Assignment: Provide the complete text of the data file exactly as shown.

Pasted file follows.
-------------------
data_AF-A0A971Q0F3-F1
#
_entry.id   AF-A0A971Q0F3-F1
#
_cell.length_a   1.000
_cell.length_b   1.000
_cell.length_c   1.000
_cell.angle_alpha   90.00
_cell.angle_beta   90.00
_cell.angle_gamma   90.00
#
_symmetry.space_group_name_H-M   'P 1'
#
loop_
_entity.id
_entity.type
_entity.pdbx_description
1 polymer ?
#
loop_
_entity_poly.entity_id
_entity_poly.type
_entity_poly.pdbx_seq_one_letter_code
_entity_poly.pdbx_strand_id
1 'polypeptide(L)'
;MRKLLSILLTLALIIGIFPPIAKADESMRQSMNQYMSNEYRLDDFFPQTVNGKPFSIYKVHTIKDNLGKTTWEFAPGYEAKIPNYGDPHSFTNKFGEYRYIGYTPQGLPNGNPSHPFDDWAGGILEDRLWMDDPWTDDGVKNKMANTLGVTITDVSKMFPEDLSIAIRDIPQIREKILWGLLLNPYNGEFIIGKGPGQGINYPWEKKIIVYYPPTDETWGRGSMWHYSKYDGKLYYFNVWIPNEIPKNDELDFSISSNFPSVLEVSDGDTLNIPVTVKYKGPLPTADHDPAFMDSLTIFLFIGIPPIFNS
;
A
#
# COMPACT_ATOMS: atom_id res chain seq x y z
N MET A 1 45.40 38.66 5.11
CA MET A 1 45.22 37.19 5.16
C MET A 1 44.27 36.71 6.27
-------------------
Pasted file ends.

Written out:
data_AF-A0A971Q0F3-F1
#
_entry.id   AF-A0A971Q0F3-F1
#
_cell.length_a   1.000
_cell.length_b   1.000
_cell.length_c   1.000
_cell.angle_alpha   90.00
_cell.angle_beta   90.00
_cell.angle_gamma   90.00
#
_symmetry.space_group_name_H-M   'P 1'
#
loop_
_entity.id
_entity.type
_entity.pdbx_description
1 polymer ?
#
loop_
_entity_poly.entity_id
_entity_poly.type
_entity_poly.pdbx_seq_one_letter_code
_entity_poly.pdbx_strand_id
1 'polypeptide(L)'
;MRKLLSILLTLALIIGIFPPIAKADESMRQSMNQYMSNEYRLDDFFPQTVNGKPFSIYKVHTIKDNLGKTTWEFAPGYEAKIPNYGDPHSFTNKFGEYRYIGYTPQGLPNGNPSHPFDDWAGGILEDRLWMDDPWTDDGVKNKMANTLGVTITDVSKMFPEDLSIAIRDIPQIREKILWGLLLNPYNGEFIIGKGPGQGINYPWEKKIIVYYPPTDETWGRGSMWHYSKYDGKLYYFNVWIPNEIPKNDELDFSISSNFPSVLEVSDGDTLNIPVTVKYKGPLPTADHDPAFMDSLTIFLFIGIPPIFNS
;
A
#
# COMPACT_ATOMS: atom_id res chain seq x y z
N MET A 1 45.40 38.66 5.11
CA MET A 1 45.22 37.19 5.16
C MET A 1 44.27 36.71 6.27